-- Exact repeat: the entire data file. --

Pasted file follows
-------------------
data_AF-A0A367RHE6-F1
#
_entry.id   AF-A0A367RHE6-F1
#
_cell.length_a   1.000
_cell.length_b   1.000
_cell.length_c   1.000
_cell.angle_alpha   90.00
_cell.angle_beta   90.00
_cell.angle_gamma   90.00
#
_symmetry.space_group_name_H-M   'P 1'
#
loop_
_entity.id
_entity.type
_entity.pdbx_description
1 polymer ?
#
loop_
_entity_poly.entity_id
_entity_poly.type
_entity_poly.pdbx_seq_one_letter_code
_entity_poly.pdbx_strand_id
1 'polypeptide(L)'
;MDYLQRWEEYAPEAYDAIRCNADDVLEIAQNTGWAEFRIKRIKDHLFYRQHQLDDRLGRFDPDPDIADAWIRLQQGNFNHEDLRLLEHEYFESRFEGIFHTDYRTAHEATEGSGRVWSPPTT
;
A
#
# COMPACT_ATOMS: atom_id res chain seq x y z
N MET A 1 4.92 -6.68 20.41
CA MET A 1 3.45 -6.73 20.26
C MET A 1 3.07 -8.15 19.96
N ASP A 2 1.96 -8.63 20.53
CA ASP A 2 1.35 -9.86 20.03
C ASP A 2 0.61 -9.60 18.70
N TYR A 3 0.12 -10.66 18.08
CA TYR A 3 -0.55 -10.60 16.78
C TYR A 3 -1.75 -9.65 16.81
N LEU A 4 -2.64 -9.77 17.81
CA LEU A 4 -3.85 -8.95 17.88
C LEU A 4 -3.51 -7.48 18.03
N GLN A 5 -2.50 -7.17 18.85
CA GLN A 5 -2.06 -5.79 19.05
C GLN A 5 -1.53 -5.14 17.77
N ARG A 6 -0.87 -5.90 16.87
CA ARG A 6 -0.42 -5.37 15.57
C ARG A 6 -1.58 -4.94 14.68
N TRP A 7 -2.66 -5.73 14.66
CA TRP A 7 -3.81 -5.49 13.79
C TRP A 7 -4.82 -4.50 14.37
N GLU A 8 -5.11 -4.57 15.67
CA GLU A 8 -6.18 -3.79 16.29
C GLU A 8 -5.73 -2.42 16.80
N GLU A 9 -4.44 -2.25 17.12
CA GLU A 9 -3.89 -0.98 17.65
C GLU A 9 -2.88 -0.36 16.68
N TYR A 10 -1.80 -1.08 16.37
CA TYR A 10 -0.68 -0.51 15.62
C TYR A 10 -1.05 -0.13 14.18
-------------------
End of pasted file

data_AF-A0A367RHE6-F1
#
_entry.id   AF-A0A367RHE6-F1
#
_cell.length_a   1.000
_cell.length_b   1.000
_cell.length_c   1.000
_cell.angle_alpha   90.00
_cell.angle_beta   90.00
_cell.angle_gamma   90.00
#
_symmetry.space_group_name_H-M   'P 1'
#
loop_
_entity.id
_entity.type
_entity.pdbx_description
1 polymer ?
#
loop_
_entity_poly.entity_id
_entity_poly.type
_entity_poly.pdbx_seq_one_letter_code
_entity_poly.pdbx_strand_id
1 'polypeptide(L)'
;MDYLQRWEEYAPEAYDAIRCNADDVLEIAQNTGWAEFRIKRIKDHLFYRQHQLDDRLGRFDPDPDIADAWIRLQQGNFNHEDLRLLEHEYFESRFEGIFHTDYRTAHEATEGSGRVWSPPTT
;
A
#
# COMPACT_ATOMS: atom_id res chain seq x y z
N MET A 1 4.92 -6.68 20.41
CA MET A 1 3.45 -6.73 20.26
C MET A 1 3.07 -8.15 19.96
N ASP A 2 1.96 -8.63 20.53
CA ASP A 2 1.35 -9.86 20.03
C ASP A 2 0.61 -9.60 18.70
N TYR A 3 0.12 -10.66 18.08
CA TYR A 3 -0.55 -10.60 16.78
C TYR A 3 -1.75 -9.65 16.81
N LEU A 4 -2.64 -9.77 17.81
CA LEU A 4 -3.85 -8.95 17.88
C LEU A 4 -3.51 -7.48 18.03
N GLN A 5 -2.50 -7.17 18.85
CA GLN A 5 -2.06 -5.79 19.05
C GLN A 5 -1.53 -5.14 17.77
N ARG A 6 -0.87 -5.90 16.87
CA ARG A 6 -0.42 -5.37 15.57
C ARG A 6 -1.58 -4.94 14.68
N TRP A 7 -2.66 -5.73 14.66
CA TRP A 7 -3.81 -5.49 13.79
C TRP A 7 -4.82 -4.50 14.37
N GLU A 8 -5.11 -4.57 15.67
CA GLU A 8 -6.18 -3.79 16.29
C GLU A 8 -5.73 -2.42 16.80
N GLU A 9 -4.44 -2.25 17.12
CA GLU A 9 -3.89 -0.98 17.65
C GLU A 9 -2.88 -0.36 16.68
N TYR A 10 -1.80 -1.08 16.37
CA TYR A 10 -0.68 -0.51 15.62
C TYR A 10 -1.05 -0.13 14.18